Everything you should know about drainage holes in plant pots
Should you get a pot with drainage holes or should you get one that doesn't have any drainage holes? Do all plants need a pot with drainage holes or can you also get that amazing pot that doesn't have any? Drainage holes can be quite confusing for a lot of beginning plant owners, because all plants need a drainage hole right?!
In this plant care guide, we're going to look at everything you need to know about drainage holes. At the end of this guide, you'll know exactly how to use the two different types of pots for your houseplants.
There are a few things that we're going to look at in this plant care guide:
- What are drainage holes in pots for?
- How can grow plants in a pot without drainage holes?
- How can you cover drainage holes in pots?
- Which plants need a pot with drainage holes?
- Is one drainage hole enough?
Let's explore the world of pots and drainage holes and find out how you can give your plants the best fitting pot!
What are drainage holes in pots for?
Drainage holes have that name for a great reason, because they are there to drain any excess water from the pot. When you water your plants, the soil absorbs all the moisture it can and the rest of it will sink to the bottom of the pot. This is where the drainage hole(s) at the bottom of the pot come in: This extra moisture drips out of the pot.
This drainage hole is very important for the health of your plant. When the moisture can't escape the pot and stays at the bottom, it could harm your plant in several ways. It could cause your plant to be over watered. The soil has already absorbed the moisture it needs to water your plant properly, but there is still extra moisture left behind. If the soil doesn't dry out quickly enough, this will over water your plant.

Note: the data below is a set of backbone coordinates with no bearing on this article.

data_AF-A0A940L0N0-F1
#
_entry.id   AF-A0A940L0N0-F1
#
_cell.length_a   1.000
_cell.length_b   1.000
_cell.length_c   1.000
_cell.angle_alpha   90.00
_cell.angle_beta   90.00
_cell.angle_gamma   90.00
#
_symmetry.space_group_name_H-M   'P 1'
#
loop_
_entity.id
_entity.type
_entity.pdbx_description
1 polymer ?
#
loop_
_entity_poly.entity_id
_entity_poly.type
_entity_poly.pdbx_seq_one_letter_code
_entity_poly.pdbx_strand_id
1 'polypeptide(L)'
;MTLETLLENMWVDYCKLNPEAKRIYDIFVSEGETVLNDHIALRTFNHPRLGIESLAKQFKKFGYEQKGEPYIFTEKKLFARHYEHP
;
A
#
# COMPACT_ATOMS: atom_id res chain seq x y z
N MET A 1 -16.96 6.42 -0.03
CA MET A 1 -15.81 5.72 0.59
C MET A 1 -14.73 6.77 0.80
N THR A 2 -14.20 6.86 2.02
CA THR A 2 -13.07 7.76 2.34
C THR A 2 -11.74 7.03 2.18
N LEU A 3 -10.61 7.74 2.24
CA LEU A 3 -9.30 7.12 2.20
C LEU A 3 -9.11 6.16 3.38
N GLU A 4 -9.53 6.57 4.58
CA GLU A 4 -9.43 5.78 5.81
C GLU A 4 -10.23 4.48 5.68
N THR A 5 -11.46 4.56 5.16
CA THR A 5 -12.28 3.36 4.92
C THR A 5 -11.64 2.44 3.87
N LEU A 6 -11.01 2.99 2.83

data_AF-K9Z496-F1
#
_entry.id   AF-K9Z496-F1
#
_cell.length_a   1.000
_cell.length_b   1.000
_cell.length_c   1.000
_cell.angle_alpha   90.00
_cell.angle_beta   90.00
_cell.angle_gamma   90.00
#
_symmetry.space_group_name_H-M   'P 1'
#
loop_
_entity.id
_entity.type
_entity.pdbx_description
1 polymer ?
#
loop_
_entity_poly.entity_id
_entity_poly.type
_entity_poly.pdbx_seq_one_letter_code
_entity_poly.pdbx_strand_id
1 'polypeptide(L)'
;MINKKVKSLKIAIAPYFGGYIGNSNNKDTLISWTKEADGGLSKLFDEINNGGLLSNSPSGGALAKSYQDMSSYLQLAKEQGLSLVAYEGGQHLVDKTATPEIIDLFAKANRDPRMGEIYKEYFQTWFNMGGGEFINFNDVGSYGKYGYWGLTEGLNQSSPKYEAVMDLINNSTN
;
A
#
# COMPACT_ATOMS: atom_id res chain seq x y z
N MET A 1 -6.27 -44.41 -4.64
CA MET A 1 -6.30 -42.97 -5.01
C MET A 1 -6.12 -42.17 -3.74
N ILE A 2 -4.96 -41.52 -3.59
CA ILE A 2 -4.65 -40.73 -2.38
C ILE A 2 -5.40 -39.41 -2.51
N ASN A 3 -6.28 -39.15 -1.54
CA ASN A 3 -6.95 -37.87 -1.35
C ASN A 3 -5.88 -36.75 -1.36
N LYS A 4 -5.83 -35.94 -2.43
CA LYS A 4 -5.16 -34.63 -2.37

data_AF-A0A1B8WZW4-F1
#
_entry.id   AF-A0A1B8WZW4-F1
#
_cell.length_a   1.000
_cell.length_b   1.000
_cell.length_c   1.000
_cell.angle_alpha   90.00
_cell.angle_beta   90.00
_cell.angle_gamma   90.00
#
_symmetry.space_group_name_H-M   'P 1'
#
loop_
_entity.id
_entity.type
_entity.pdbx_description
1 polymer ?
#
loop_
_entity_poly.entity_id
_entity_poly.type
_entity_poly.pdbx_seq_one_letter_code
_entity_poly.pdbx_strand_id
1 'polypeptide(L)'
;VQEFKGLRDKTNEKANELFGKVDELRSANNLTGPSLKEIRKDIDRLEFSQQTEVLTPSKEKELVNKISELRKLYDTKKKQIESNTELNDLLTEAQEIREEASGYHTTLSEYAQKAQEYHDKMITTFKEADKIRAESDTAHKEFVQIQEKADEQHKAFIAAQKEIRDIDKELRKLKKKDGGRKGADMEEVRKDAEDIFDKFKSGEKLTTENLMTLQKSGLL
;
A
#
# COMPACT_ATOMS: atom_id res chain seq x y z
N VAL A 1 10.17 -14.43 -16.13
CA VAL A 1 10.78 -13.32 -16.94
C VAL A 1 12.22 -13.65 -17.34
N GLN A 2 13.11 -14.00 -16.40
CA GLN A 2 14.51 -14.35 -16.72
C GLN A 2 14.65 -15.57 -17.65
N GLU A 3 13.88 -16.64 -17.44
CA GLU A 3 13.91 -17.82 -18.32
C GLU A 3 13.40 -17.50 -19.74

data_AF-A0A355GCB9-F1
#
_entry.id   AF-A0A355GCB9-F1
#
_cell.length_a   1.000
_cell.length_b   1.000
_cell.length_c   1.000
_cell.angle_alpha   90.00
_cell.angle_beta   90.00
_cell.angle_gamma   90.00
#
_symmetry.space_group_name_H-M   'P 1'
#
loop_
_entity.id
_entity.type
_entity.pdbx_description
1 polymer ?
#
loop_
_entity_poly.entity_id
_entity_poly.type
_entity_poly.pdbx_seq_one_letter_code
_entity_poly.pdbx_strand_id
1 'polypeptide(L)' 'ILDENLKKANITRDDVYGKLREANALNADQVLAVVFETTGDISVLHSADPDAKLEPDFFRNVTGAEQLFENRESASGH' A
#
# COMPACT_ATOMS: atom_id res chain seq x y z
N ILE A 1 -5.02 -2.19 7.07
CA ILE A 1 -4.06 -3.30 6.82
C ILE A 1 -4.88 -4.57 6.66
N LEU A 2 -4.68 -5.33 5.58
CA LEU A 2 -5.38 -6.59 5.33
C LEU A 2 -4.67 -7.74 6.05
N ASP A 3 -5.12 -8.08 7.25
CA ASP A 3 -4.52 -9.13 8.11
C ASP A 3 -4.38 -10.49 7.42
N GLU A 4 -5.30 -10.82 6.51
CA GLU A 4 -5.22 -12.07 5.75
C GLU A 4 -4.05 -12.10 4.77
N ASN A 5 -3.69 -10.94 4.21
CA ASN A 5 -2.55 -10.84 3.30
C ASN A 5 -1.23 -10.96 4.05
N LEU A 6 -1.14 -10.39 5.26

When it has over watered your plant, it could get worse, because now your plant is at risk of getting root rot. The drainage hole at the bottom of your pot prevents all of these bad things and helps your plant.
So drainage holes are essential for your plant's health, so why are there pots without drainage holes? Let's look at that and also go into how you can still use these pots to grow your plants.
How can grow plants in a pot without drainage holes?
Drainage holes are very important, but that doesn't mean you can't use pots that don't have drainage holes. You can still use those pots, but you'll have to take an extra step to help your plant stay healthy.
There are 2 things you can do to prevent over watering and root rot in pots without a drainage hole:
- Add base layer of non-organic material to your pot
- Use the plastic pot with holes your plant came in as a raised bottom
Let's look at both of these ways quickly, as they're an easy way to use those pots without drainage holes, while keeping your plants happy.
Add base layer of non-organic material to your pot
As we've seen before, standing water at the bottom of your pot can cause root rot. But if you create a base layer of non-organic material, there is less chance something starts to rot.
You can make these base layers with all types of things, but my favorites are Leca and Smart Gravel. These base layers lift the soil off the bottom of your pot, so it's no longer standing in water.
Use the plastic pot with holes your plant came in as a raised bottom
The second option you have is to use the plastic pot your plant came in. This pot has drainage holes at the bottom, so you can easily water it when you need to. You can put this plastic pot inside of a pot without a drainage hole, so you can still use those types of pots.